Goodbye, Larry

King's reign ends in a world that changed even as CNN's "Larry King Live" didn't

By Jere Hester
|  Wednesday, Dec 15, 2010  |  Updated 10:09 PM EDT
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Larry King will get the last word Thursday.

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There's a lot about Larry King to mock: the gargles-with-Drano voice ("Is the caller there?"). The suspenders. The incredibly growing eyeglasses. The many, many marriages (eight weddings, seven wives). The lightweight, often clueless questions (asking Jerry Seinfeld if NBC canceled "Seinfeld").

But as King hosts the last edition of "Larry King Live" Thursday, capping a quarter-century on CNN, we prefer to remember his reign as a bastion of affable civility – if not hard-hitting journalism – in a cable news world increasingly dominated by division and near-demagoguery.

Don't get us wrong: King sadly overstayed his time, losing speed on his softball. But there's something to be said for a cable talk show pioneer, who, at his best, modestly advanced the cause of national discourse.

It's hard to fathom now, but in 1985 "Larry King Live" was ahead of its time. CNN was the only cable news network, and King was interactive before the Internet, letting callers ask the questions he didn't.

King didn't alter his game much over the years, though his going-on-curiosity questioning style proved far more effective when he was more attuned to the news world around him.

While King stayed largely the same, the nature of celebrity changed vastly over the last 25 years – how many hosts have interviewed both Frank Sinatra and Paris Hilton? More significantly, Fox and MSNBC capitalized on the growing political polarization over the last decade, employing partisan hosts who squeezed King out of the ratings game.

There's clearly a place – and certainly a need – for agenda-free, mass-audience interview shows where hosts seek answers rather than strive to reinforce viewers’ worldview.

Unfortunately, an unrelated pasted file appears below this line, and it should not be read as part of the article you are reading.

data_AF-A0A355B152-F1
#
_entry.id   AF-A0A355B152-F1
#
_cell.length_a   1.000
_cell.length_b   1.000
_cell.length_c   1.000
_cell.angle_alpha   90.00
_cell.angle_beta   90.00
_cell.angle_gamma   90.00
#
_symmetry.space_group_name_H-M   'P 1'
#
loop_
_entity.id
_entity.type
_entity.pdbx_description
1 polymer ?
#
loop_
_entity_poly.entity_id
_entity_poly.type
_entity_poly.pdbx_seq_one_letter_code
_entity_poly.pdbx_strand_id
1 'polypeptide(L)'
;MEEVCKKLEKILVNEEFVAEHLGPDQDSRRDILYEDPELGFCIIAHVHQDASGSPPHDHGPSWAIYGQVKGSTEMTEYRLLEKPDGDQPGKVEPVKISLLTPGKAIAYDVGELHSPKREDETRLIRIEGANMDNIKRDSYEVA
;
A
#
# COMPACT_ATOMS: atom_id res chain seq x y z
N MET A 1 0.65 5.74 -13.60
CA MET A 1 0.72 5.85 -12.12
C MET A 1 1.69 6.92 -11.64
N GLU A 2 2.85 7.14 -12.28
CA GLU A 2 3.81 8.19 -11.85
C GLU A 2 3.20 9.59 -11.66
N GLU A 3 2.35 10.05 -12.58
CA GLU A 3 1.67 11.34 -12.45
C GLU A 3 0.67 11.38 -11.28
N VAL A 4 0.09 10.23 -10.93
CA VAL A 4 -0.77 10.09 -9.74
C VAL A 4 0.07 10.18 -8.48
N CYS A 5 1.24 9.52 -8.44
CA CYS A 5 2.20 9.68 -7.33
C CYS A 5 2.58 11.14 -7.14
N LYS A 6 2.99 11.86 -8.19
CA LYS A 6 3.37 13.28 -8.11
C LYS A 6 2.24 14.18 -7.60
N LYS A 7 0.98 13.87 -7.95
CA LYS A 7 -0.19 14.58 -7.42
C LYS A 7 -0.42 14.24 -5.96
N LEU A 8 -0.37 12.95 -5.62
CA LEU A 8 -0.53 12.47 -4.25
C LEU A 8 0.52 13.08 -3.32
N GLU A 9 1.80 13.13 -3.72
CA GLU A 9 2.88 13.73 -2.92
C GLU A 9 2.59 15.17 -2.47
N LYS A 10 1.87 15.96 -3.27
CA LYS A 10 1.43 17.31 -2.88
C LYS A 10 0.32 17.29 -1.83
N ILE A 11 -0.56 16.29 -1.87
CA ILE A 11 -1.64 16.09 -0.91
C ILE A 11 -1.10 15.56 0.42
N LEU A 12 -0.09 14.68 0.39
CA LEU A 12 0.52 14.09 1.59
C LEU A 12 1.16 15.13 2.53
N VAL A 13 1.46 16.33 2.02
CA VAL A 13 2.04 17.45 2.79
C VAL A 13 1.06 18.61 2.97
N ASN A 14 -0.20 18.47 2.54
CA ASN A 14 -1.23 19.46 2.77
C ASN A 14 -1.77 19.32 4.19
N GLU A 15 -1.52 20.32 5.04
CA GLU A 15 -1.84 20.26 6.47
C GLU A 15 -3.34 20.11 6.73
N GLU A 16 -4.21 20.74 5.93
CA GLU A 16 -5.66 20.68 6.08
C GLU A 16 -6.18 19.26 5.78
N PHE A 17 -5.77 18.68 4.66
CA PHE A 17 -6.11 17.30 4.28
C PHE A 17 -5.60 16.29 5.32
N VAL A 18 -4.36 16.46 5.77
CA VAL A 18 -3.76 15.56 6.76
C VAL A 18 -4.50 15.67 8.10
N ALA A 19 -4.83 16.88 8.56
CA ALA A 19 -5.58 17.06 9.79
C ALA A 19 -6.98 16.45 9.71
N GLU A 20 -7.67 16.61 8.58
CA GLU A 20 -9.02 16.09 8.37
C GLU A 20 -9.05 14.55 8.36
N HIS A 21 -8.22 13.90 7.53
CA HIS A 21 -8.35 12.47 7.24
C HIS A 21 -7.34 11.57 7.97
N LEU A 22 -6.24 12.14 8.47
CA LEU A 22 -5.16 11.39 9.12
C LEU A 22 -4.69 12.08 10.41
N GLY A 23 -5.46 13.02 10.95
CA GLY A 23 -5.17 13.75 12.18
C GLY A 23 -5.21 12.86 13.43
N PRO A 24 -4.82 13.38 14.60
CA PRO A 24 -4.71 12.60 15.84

King's time is past, though he recognizes the need the value of intelligent conversation in the media. Talking to New York magazine about possibly hosting a new show called "Bright People," King said: “Both sides would be heard. With dignity. Respect. Truth. Do you think that would work?”

It's not clear where his replacement, talent show judge and former newspaper editor Piers Morgan, will take the CNN show. We’re not sure what to make of Morgan's reported recent attempt to goad Madonna by calling her "boring" and banning her from the show.

As for King, who turned 77 last month, he'll host the occasional CNN special. He also told New York mag he plans to do some stand-up comedy.

That isn't as odd as it sounds – King can be intentionally funny, too. Anyone old enough to remember his overnight radio talk show on the Mutual Broadcasting System will recall his hilarious, if possibly exaggerated, stories from his Brooklyn youth about a not-dead-yet classmate named Gil Moppo and a bizarre trip to a Connecticut Carvel.

Anyone with memories of his radio days and best CNN years also will recall a smart, engaged host who shed some light with effective interviews of authors, public officials and celebrities who earned their stardom.

We lost that Larry King a while back. Which makes the inevitable end of “Larry King Live” all the more bittersweet – losing even one gravelly voice of civility is no joke.

Hester is founding director of the award-winning, multi-media NYCity News Service at the City University of New York Graduate School of Journalism. He is the former City Editor of the New York Daily News, where he started as a reporter in 1992. Follow him on Twitter.


 

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